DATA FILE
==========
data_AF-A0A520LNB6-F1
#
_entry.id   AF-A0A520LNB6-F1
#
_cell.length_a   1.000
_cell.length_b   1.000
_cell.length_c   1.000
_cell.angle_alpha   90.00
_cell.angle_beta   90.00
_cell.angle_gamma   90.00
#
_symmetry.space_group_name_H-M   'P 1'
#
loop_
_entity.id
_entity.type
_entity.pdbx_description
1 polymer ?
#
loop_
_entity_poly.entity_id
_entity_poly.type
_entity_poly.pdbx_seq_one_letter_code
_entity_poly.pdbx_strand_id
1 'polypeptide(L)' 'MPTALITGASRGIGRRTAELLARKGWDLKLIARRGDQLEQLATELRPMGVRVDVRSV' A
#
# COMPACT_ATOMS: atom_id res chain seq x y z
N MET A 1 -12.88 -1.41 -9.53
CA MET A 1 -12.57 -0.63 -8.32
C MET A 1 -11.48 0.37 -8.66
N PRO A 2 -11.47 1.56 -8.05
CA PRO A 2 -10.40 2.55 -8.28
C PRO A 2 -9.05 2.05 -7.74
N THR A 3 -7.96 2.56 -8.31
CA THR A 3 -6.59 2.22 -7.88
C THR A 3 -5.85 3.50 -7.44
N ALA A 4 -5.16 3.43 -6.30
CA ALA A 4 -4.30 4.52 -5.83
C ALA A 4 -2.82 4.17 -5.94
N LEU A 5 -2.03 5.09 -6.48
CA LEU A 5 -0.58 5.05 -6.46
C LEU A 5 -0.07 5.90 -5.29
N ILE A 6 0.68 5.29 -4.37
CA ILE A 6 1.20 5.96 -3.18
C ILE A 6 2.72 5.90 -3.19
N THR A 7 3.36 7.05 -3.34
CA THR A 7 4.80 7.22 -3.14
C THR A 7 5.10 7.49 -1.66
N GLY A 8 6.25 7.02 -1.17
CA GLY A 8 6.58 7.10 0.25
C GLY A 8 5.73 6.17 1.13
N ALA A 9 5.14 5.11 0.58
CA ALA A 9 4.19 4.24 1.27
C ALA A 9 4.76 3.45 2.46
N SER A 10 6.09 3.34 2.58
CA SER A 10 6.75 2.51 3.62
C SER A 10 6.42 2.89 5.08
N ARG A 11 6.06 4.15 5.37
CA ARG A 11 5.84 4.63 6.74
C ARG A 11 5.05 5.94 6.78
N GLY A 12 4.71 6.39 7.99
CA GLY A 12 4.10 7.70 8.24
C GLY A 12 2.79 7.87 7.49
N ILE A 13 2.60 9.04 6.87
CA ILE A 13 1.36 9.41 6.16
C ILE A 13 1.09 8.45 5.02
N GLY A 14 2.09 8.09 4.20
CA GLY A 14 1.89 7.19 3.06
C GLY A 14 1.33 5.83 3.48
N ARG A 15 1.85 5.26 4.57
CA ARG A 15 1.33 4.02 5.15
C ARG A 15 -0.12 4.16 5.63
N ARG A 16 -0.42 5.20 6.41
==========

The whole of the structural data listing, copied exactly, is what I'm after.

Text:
data_AF-A0A520LNB6-F1
#
_entry.id   AF-A0A520LNB6-F1
#
_cell.length_a   1.000
_cell.length_b   1.000
_cell.length_c   1.000
_cell.angle_alpha   90.00
_cell.angle_beta   90.00
_cell.angle_gamma   90.00
#
_symmetry.space_group_name_H-M   'P 1'
#
loop_
_entity.id
_entity.type
_entity.pdbx_description
1 polymer ?
#
loop_
_entity_poly.entity_id
_entity_poly.type
_entity_poly.pdbx_seq_one_letter_code
_entity_poly.pdbx_strand_id
1 'polypeptide(L)' 'MPTALITGASRGIGRRTAELLARKGWDLKLIARRGDQLEQLATELRPMGVRVDVRSV' A
#
# COMPACT_ATOMS: atom_id res chain seq x y z
N MET A 1 -12.88 -1.41 -9.53
CA MET A 1 -12.57 -0.63 -8.32
C MET A 1 -11.48 0.37 -8.66
N PRO A 2 -11.47 1.56 -8.05
CA PRO A 2 -10.40 2.55 -8.28
C PRO A 2 -9.05 2.05 -7.74
N THR A 3 -7.96 2.56 -8.31
CA THR A 3 -6.59 2.22 -7.88
C THR A 3 -5.85 3.50 -7.44
N ALA A 4 -5.16 3.43 -6.30
CA ALA A 4 -4.30 4.52 -5.83
C ALA A 4 -2.82 4.17 -5.94
N LEU A 5 -2.03 5.09 -6.48
CA LEU A 5 -0.58 5.05 -6.46
C LEU A 5 -0.07 5.90 -5.29
N ILE A 6 0.68 5.29 -4.37
CA ILE A 6 1.20 5.96 -3.18
C ILE A 6 2.72 5.90 -3.19
N THR A 7 3.36 7.05 -3.34
CA THR A 7 4.80 7.22 -3.14
C THR A 7 5.10 7.49 -1.66
N GLY A 8 6.25 7.02 -1.17
CA GLY A 8 6.58 7.10 0.25
C GLY A 8 5.73 6.17 1.13
N ALA A 9 5.14 5.11 0.58
CA ALA A 9 4.19 4.24 1.27
C ALA A 9 4.76 3.45 2.46
N SER A 10 6.09 3.34 2.58
CA SER A 10 6.75 2.51 3.62
C SER A 10 6.42 2.89 5.08
N ARG A 11 6.06 4.15 5.37
CA ARG A 11 5.84 4.63 6.74
C ARG A 11 5.05 5.94 6.78
N GLY A 12 4.71 6.39 7.99
CA GLY A 12 4.10 7.70 8.24
C GLY A 12 2.79 7.87 7.49
N ILE A 13 2.60 9.04 6.87
CA ILE A 13 1.36 9.41 6.16
C ILE A 13 1.09 8.45 5.02
N GLY A 14 2.09 8.09 4.20
CA GLY A 14 1.89 7.19 3.06
C GLY A 14 1.33 5.83 3.48
N ARG A 15 1.85 5.26 4.57
CA ARG A 15 1.33 4.02 5.15
C ARG A 15 -0.12 4.16 5.63
N ARG A 16 -0.42 5.20 6.41